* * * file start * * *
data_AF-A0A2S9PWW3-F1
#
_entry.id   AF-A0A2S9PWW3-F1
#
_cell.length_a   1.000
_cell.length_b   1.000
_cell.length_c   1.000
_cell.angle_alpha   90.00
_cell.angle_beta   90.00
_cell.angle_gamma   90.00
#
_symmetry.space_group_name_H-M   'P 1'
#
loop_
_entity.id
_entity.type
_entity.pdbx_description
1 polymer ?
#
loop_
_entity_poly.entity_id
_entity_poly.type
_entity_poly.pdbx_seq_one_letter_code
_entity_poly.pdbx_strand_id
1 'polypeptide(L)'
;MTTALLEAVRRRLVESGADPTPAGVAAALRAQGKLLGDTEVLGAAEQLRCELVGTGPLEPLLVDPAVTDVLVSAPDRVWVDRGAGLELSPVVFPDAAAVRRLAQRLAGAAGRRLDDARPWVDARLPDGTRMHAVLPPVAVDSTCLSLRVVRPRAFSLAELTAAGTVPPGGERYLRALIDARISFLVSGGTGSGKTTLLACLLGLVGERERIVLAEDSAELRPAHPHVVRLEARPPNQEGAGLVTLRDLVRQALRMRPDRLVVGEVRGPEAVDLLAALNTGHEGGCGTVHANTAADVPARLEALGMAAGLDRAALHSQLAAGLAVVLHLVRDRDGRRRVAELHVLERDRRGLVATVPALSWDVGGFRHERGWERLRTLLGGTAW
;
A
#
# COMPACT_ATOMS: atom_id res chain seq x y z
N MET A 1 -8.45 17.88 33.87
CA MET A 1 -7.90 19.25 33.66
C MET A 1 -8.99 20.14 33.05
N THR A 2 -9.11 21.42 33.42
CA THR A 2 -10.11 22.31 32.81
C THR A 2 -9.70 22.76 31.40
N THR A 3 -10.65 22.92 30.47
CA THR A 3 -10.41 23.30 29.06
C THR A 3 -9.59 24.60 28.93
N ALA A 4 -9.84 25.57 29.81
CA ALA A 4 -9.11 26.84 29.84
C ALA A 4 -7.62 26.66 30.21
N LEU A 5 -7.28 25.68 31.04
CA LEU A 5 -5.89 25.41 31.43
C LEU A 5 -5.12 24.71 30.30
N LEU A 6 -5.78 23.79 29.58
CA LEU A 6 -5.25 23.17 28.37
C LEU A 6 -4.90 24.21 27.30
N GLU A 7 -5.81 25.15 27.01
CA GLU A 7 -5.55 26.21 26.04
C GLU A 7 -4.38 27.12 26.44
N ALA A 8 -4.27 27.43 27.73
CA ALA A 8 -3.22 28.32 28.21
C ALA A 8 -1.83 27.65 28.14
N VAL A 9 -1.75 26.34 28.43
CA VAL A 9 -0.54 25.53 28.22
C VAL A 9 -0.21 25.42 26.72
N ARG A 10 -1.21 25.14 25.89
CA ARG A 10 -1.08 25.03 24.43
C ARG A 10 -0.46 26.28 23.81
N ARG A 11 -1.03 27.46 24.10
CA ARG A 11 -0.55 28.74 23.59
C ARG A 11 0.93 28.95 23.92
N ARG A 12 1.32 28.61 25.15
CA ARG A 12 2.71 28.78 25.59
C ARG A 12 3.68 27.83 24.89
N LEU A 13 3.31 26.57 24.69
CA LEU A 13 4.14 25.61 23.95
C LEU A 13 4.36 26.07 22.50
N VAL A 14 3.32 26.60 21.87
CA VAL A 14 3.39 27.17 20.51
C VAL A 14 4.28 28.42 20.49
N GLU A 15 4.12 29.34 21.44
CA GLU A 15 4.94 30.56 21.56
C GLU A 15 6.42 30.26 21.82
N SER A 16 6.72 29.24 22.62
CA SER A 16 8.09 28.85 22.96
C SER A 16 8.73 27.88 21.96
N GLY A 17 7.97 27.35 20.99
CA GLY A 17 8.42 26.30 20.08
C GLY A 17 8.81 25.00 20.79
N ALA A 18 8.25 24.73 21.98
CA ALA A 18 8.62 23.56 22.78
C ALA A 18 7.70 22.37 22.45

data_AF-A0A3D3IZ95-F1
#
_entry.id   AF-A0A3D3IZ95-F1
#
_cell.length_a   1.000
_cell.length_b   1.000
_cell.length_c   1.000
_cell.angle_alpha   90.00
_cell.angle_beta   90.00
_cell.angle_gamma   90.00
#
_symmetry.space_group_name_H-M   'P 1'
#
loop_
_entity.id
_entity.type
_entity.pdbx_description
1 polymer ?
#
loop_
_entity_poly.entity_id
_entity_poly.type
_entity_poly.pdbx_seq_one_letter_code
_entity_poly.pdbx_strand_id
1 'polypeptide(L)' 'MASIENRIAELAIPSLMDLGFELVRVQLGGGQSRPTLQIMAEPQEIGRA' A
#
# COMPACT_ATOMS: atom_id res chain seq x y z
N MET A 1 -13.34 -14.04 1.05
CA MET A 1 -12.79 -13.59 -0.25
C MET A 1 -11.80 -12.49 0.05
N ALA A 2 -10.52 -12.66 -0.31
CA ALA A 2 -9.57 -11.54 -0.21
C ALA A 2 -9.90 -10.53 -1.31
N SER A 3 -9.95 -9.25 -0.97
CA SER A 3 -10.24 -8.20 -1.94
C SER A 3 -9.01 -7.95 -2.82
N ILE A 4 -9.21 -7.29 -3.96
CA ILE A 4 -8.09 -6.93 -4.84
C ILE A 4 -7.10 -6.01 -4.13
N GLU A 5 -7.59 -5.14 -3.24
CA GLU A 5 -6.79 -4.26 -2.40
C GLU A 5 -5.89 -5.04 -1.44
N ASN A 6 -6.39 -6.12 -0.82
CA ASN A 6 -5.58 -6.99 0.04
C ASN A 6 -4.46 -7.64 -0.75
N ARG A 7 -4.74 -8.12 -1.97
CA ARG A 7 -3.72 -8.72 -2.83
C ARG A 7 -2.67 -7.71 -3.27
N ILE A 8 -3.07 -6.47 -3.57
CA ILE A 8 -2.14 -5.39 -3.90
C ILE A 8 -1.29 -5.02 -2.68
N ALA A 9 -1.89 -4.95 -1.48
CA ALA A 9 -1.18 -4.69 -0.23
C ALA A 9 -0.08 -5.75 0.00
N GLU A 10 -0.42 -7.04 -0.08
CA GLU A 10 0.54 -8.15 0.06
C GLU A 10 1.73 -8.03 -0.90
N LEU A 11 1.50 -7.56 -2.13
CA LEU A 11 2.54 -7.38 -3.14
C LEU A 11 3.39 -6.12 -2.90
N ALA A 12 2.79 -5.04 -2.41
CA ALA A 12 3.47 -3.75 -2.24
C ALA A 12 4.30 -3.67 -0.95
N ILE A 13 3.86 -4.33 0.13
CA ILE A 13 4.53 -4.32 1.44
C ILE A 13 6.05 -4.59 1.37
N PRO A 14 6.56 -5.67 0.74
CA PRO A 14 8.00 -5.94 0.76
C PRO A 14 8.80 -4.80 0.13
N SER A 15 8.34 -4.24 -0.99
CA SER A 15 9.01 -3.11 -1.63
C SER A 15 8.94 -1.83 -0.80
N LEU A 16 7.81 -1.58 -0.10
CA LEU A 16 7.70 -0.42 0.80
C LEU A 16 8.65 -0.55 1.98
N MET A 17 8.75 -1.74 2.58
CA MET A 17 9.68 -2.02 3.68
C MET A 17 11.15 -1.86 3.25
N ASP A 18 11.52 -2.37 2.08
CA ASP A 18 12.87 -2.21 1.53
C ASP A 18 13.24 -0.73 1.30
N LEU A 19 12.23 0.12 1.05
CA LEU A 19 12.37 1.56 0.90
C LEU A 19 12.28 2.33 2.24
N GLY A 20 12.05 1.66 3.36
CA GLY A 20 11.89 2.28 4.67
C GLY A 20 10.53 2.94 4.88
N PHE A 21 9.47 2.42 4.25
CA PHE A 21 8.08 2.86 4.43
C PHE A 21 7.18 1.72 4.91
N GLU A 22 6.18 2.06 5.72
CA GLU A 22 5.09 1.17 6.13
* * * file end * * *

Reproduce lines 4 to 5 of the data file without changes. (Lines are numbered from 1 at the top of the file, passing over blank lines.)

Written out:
#
_cell.length_a   1.000